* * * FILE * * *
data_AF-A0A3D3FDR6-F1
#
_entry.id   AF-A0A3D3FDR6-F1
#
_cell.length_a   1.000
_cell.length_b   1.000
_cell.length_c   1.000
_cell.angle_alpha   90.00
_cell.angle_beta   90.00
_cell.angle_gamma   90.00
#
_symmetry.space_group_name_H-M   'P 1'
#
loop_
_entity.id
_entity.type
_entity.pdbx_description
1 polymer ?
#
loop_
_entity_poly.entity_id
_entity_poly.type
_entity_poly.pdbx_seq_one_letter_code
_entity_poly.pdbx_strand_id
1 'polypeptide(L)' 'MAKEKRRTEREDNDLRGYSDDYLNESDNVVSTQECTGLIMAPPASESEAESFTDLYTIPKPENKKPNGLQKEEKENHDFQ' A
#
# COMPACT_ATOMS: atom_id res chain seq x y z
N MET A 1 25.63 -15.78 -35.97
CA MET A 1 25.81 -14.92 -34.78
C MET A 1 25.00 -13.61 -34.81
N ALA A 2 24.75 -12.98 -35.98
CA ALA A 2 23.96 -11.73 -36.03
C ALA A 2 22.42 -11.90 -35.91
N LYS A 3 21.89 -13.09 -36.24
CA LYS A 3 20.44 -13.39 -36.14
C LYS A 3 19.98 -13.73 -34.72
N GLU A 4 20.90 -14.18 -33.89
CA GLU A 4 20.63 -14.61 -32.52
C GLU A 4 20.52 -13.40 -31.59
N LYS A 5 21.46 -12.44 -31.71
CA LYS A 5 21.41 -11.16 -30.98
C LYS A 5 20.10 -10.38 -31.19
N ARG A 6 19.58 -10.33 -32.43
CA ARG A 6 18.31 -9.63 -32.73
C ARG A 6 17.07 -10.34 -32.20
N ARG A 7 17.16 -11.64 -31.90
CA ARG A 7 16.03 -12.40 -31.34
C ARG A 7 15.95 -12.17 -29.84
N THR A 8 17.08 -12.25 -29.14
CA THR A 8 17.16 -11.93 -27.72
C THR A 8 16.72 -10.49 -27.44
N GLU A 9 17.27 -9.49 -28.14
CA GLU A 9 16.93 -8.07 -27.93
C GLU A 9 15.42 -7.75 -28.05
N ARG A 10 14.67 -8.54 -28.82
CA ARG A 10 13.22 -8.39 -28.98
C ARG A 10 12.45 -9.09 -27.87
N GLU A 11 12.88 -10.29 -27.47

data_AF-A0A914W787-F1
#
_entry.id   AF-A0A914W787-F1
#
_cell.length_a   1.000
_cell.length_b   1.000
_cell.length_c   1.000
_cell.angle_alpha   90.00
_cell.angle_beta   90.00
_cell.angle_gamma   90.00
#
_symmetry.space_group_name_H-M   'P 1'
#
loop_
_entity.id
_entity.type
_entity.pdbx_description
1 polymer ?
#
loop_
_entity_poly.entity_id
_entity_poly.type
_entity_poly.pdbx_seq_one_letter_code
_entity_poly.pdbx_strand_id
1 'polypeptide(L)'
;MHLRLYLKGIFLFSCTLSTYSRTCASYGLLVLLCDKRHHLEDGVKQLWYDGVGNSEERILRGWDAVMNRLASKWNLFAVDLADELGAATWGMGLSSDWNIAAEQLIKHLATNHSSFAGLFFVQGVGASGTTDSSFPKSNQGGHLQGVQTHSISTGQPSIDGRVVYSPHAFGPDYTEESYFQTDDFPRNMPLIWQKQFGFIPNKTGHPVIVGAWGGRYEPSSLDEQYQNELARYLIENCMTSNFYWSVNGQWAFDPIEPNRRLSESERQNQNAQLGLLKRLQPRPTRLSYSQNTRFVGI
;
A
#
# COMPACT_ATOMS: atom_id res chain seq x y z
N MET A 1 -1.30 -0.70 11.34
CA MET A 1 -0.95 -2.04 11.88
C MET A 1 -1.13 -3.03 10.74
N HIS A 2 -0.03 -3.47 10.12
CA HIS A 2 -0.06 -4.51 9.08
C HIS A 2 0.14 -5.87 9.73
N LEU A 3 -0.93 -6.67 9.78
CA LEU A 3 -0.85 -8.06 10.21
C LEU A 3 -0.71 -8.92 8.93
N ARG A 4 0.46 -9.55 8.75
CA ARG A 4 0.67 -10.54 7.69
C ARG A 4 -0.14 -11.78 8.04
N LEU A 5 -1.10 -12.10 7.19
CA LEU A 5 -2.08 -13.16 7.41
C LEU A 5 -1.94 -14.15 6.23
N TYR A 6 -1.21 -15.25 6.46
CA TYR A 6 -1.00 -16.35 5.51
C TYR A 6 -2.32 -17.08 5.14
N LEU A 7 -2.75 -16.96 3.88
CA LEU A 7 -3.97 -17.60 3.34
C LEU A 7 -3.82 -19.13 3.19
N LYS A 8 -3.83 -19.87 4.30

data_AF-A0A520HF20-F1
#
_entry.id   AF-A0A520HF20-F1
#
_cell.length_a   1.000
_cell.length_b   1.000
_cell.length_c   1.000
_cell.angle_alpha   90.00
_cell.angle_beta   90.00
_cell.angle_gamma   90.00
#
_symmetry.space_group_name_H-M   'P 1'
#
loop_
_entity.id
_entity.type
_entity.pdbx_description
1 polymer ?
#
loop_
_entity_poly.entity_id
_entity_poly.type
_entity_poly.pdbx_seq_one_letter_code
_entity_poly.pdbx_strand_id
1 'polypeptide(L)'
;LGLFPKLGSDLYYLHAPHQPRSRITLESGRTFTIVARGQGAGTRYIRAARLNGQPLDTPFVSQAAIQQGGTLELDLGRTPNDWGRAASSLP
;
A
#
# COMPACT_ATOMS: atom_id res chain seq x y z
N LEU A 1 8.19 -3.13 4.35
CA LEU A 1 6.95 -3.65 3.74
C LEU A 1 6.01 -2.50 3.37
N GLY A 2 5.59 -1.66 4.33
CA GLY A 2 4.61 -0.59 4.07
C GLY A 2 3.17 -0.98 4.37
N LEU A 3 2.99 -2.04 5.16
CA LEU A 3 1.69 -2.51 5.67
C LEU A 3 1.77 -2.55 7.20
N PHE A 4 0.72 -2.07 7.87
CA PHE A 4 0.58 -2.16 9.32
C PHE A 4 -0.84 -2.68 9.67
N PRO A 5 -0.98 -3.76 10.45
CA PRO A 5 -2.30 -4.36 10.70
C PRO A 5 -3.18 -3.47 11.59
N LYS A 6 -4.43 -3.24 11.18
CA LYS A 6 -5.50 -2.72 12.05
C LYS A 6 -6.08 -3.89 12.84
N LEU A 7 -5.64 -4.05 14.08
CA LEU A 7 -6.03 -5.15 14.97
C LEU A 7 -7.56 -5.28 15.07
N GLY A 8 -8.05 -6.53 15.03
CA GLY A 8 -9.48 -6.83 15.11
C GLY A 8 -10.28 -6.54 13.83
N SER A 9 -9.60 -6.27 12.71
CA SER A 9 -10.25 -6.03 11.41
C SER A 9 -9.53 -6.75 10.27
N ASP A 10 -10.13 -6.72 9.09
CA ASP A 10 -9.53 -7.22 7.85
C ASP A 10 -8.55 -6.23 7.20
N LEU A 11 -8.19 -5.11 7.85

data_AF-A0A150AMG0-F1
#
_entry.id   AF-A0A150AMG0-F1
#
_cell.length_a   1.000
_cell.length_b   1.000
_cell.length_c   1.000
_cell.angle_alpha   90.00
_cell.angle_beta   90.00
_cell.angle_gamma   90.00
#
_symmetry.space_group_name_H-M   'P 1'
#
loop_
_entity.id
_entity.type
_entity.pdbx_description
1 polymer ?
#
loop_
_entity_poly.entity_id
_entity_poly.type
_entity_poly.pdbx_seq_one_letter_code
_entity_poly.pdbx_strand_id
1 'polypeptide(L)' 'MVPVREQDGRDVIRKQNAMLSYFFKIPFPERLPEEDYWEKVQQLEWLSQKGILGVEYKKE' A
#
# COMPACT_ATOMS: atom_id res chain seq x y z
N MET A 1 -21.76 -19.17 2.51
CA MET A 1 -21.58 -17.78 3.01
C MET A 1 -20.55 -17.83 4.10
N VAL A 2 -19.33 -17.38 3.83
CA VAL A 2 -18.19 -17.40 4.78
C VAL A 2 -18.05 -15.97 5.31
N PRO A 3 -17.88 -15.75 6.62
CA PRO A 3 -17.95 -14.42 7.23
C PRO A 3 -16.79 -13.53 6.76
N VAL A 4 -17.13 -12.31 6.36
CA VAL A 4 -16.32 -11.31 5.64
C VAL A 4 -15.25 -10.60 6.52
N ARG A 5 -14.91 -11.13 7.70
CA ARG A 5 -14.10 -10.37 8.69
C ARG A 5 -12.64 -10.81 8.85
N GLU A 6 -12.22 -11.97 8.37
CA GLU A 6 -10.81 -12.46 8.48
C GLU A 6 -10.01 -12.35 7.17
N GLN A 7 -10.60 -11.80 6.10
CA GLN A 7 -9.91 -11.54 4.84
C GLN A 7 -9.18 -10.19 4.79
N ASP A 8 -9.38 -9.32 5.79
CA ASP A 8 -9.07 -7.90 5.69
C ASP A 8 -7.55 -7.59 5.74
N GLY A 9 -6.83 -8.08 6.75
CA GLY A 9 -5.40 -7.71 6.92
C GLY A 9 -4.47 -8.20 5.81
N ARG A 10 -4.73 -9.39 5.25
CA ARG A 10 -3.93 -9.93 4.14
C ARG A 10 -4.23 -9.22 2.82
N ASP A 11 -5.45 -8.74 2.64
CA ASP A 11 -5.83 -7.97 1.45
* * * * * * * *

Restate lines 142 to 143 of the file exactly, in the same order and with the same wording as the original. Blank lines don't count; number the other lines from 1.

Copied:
CA LEU A 1 6.95 -3.65 3.74
C LEU A 1 6.01 -2.50 3.37